Sarah: I think we have to, first of all, define our terms and explain that the new world religion is not something that Alice Bailey or the Lucis Trust offers to people. We are not a religion. We have people interested in our work, who belong to all of the world’s faiths and many people who don’t have any particular religious inclination. The second thought that comes to me is that saying, I think it is, “The mature mind is at home in paradox.” Well, my mind must be mature because I don’t find any problem with seeing the two aspects of this question. One being that there could be a world religion that would have a universal appeal, but at the same time realizing that the religious traditions as they exist now have a diversity that’s needed and will probably always continue. What will come down is the barriers between religion and the hatreds and antipathies that so often are characterized by religious differences. For one thing, human beings have culture and tradition and history, and that makes for the different varieties of religious beliefs. And you think of a people like the Jewish people. They not only have a religion, but they also have a history, a culture and an experience that is unique. So, we can’t envision all the people of the world believing or following the same religious practices, but perhaps we can imagine that if you look at religious faith beyond the realm of language and words, you can imagine that there might be a lot more common ground among the different world religions than you might think.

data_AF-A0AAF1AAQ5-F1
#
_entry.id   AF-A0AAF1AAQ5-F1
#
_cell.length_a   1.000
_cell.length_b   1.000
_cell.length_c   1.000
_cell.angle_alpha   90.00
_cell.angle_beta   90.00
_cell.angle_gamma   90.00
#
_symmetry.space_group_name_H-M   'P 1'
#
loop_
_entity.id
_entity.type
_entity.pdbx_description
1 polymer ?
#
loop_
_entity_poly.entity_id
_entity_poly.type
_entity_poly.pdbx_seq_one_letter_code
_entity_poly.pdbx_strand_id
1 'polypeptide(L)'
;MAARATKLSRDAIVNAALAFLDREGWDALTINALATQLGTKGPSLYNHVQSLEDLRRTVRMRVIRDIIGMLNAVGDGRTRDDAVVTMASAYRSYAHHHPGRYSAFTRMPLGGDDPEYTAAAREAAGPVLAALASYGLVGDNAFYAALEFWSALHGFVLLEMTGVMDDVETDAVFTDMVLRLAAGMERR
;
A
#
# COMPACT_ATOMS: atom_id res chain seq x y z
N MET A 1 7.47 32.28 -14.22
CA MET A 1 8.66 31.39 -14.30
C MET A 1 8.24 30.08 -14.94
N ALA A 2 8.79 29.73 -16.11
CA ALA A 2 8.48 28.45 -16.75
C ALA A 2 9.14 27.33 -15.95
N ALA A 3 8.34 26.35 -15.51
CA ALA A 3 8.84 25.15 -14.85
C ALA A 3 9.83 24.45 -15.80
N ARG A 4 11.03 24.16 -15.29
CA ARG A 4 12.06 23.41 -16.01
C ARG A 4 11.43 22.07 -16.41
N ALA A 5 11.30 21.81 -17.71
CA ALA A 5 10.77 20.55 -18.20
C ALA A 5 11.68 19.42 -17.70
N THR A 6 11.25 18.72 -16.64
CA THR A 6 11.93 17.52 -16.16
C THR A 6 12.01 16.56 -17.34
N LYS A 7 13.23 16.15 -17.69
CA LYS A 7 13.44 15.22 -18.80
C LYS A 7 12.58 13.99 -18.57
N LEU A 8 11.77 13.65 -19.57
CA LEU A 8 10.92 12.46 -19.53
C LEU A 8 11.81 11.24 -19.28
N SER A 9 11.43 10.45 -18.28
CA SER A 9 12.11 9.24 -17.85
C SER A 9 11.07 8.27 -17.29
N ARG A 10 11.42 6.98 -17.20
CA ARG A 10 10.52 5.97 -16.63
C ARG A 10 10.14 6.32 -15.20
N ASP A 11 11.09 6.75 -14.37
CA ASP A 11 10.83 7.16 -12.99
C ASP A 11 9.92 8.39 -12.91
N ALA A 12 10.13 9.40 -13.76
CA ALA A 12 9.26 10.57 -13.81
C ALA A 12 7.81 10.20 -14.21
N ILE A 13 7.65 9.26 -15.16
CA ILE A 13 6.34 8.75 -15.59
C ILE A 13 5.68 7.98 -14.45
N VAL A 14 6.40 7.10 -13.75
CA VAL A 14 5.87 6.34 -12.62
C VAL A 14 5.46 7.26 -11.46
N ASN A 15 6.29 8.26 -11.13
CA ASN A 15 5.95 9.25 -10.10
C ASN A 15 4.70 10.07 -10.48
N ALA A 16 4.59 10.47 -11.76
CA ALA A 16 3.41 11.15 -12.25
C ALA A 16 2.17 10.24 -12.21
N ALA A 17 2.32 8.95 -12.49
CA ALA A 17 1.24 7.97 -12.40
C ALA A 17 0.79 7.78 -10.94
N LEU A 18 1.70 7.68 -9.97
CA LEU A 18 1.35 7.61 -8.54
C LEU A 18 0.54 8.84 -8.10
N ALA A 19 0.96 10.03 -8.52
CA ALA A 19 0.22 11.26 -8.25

Dale: Yes, I think that’s true. There is a lot of common ground and we’re going to get into that a little later on. But you’re right that we are not a religion and we’re not really advocating any particular religion here, but we’re only pointing out certain potential possibilities for the future, in the field of religion. I think it’s inevitable as human consciousness expands and becomes more and more sensitive to the inner spiritual dimensions of the soul, that a new depth of understanding will arise from this expansion, and in time this will very likely give rise to a new religious expression of some kind. Today there is a strong desire to gain more knowledge of the soul and this in turn will eventually bring about a revelation of our universal heritage in the nature of the soul, the oneness of the human soul and the oneness with God. And this in time will give rise to a new religious expression that will be commensurate with the new spiritual sensitivity as human consciousness expands. A new depth of understanding will demand a new religious expression, and the forms and some of the doctrines of the existing religions today will no longer be adequate to contain this new consciousness, and as more light pours into human consciousness, new and more refined forms will have to be built to contain that light. It’s a little bit like the old biblical saying, you can’t put new wine into old bottles, because the light that is coming into human consciousness will no longer be contained in these older forms of religious expression.